In 1851, mainly on account of his health, Greenhill left Oxford and settled at Hastings, taking the practice of James Mackness [q. v.] Here he became one of the physicians of the local infirmary, and took an active part in the work of various public charities. In 1855 he published 'Observations on the Death-rate of Hastings' in the first volume of the 'Journal of Public Health,' conducted by his friend, (Sir) Benjamin Ward Richardson [q. v. Suppl.] This subject he pursued in a paper on 'Hastings Parish Registers' in the 'Sussex Archaeological Collections,' vol. xiv. (1862). Greenhill's early investigations showed him how unhealthy were many of the dwellings of the labouring classes, and how injurious their condition was to the prosperity of the town, then rising into public favour as a health resort. With a view to remedying some part of the evil, he founded in 1857 the Hastings Cottage Improvement Society, which was worked as a company, and always paid a fair dividend. The society bought up, repaired, and improved, as far as possible, old and insanitary dwellings, besides building new houses upon approved modern principles. He was secretary from 1857 to 1891. So successful was this venture that, with some of the original shareholders, he started a similar organisation, the London Labourers' Dwellings Society, of which also he was secretary from 1862 to 1876. In 1881, on Gladstone's recommendation, he was granted a pension of 60l. on the civil list.
Greenhill devoted his spare time to the study of the writings of Sir Thomas Browne [q. v.] After several years of careful preparation he published his edition of 'Religio Medici,' 'Christian Morals,' and 'A Letter to a Friend,' in Macmillan's 'Golden Treasury' series in 1881. This was at once accepted as the standard edition of the book. It was characterised by scholarship and critical acumen, scrupulous accuracy, and loyalty to the author (Professor Saintsbury, in Sir H. Craik's English Prose Selections, ii. 313). He contributed an article on the bibliography of the 'Religio Medici' to the 'Bibliographer,' vol. i. No. 6, May 1882. For some time before his death he was engaged upon an edition of Sir Thomas Browne's 'Hydriotaphia' and 'Garden of Cyrus,' at which he was at work on the last evening of his life. It was left unfinished, and being completed by his friend, E. H. Marshall, was issued in the 'Golden Treasury' series in 1896.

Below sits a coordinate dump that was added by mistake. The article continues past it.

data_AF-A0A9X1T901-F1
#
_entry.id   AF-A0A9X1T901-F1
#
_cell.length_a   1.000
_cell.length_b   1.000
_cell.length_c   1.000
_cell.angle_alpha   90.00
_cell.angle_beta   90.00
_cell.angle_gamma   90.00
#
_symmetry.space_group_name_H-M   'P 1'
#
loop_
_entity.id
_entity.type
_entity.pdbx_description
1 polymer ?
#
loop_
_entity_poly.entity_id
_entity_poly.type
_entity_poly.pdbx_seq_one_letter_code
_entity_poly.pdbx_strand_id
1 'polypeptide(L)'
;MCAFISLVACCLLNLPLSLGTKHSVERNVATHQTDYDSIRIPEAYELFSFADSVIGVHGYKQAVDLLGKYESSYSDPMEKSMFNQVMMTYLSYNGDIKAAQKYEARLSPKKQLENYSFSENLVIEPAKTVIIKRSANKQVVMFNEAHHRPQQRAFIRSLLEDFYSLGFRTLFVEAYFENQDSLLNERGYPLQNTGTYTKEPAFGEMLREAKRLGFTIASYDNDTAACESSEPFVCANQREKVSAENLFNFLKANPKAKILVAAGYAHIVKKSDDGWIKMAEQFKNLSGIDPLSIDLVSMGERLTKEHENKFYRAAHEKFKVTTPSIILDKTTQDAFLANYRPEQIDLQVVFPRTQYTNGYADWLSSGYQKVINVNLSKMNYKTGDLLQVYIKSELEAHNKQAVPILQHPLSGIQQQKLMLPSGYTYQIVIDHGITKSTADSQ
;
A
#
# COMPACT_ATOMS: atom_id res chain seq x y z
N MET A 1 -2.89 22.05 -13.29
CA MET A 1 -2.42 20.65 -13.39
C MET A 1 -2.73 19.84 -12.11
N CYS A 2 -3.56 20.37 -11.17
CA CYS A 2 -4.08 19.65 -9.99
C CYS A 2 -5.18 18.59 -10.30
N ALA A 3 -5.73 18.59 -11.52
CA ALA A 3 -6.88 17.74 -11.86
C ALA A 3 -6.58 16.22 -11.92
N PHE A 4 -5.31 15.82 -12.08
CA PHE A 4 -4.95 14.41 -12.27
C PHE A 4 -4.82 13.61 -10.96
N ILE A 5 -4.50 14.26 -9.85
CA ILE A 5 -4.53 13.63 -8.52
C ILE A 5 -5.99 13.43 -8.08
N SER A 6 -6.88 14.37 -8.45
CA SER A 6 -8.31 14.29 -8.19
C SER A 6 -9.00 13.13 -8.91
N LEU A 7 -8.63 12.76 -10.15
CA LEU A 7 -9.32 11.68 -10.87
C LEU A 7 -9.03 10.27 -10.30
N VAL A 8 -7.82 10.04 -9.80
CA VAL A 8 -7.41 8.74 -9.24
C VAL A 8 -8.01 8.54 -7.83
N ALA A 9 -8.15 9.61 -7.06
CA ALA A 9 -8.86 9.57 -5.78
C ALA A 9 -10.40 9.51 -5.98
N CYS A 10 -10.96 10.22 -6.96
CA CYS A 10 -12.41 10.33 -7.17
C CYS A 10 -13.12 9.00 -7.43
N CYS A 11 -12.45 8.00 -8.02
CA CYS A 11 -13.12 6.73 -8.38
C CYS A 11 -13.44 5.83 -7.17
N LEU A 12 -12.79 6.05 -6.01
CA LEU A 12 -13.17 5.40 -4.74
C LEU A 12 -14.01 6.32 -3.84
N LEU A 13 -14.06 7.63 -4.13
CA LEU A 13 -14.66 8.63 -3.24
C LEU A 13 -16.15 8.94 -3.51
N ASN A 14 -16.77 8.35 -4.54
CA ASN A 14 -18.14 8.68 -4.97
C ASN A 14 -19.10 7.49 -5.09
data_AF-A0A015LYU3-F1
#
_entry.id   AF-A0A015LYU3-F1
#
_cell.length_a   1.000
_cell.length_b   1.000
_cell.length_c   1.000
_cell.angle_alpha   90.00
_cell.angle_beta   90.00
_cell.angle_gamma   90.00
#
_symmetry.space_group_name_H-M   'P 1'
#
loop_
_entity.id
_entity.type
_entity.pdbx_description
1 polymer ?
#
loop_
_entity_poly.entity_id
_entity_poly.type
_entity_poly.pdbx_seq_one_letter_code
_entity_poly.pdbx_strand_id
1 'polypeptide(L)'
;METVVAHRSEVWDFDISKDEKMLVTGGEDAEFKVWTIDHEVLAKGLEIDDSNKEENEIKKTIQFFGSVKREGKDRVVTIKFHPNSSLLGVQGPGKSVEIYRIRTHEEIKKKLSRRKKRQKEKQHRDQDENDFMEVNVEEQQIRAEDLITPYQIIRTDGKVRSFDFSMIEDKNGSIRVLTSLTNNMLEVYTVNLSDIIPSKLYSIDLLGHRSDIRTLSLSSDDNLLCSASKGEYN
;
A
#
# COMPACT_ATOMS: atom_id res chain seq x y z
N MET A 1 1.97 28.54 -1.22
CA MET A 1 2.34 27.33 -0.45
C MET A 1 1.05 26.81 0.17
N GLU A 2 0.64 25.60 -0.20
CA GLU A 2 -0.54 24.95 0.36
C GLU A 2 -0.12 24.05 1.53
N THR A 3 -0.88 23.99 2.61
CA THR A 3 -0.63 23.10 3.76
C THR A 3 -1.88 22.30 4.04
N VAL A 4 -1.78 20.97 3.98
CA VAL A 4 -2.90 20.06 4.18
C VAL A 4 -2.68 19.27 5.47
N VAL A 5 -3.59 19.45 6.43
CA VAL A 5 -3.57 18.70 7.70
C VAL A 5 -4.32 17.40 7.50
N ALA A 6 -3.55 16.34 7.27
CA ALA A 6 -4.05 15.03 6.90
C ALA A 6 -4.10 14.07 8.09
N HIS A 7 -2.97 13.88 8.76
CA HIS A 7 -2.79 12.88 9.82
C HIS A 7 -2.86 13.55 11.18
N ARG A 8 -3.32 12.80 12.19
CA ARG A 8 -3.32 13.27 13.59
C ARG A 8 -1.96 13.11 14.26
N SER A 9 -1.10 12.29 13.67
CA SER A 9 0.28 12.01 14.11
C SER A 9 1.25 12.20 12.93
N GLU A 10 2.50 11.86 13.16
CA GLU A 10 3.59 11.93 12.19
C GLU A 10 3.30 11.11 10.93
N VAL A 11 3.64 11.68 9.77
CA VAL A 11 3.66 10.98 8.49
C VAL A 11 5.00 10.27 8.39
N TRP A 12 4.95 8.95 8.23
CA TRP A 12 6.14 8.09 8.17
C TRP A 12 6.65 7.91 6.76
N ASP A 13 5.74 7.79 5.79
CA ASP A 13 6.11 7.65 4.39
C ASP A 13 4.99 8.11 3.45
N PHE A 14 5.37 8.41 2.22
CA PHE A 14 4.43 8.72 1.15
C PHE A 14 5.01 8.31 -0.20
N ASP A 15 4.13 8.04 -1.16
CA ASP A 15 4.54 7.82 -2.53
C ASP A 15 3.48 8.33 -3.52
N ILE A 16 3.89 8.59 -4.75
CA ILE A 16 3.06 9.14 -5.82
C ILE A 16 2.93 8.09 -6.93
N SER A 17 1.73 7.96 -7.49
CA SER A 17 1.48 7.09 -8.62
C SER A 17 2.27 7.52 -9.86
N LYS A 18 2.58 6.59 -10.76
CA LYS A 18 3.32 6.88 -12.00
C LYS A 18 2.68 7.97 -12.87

Greenhill died at his residence in The Croft, Hastings, after a very short illness, from syncope, on 19 Sept. 1894. He was buried in the borough cemetery on 22 Sept., and a brass tablet has been placed to his memory in St. Clement's, his parish church. In 1840 he married Laura, daughter of John Ward, collector of H.M. customs at West Cowes, and niece of Dr. Arnold. By her, who died in 1882, he had three sons and two daughters, of whom a son and a daughter survive him.
Greenhill's principal works are : 1. 'The Physiology of Theophilus, in Greek and Latin,' London, 1842. 2. 'Prayers for the Medical Profession,' London, 1842. 3. 'Advice to a Medical Student,' London, 1843. 4. 'Advice to a Patient in a Hospital,' pts. i. and ii., London, 1843. 5. 'Sydenham's Works in Latin' (Sydenham Soc.), London, 1844. 6. 'Life of Sir James Stonhouse,' London, 1844. 7. 'Life of Thomas Harrison Burder, M.D.,' London, 1845. 8. 'Rhazes's Treatise on the Small-pox,' translated from the Arabic into English, London, 1847. 9. 'Άρτος έκ τού Ούρανύ: Bread from Heaven:' Scripture Texts for every day in the year, in Greek and English, 1872. 10. 'A Form of Prayer to be used on the opening of a new House, or Block of Buildings,' London, 1873. 11. 'A Classified List of the Charitable Institutions of Hastings and St. Leonards,' Hastings, 1873. 12. 'The Contrast: Duty and Pleasure, Right and Wrong,' Hastings,' 1874 ; 6th edit., London, 1893. 13. 'Sir Thomas Browne's Religio Medici, Letter to a Friend, &c., and Christian Morals,' London, 1881. 14. 'Sir Thomas Browne's Hydriotaphia and the Garden of Cyrus,' London, 1896. To this 'Dictionary' he contributed many articles.
[Authorities referred to above; Memoir, with portrait, by Sir B. W. Richardson, in the Asclepiad, vol. xi. No. 42; Athenæum, 29 Sept. 1894; Guardian, 26 Sept. 1894; Lancet, 29 Sept. 1894; private information.]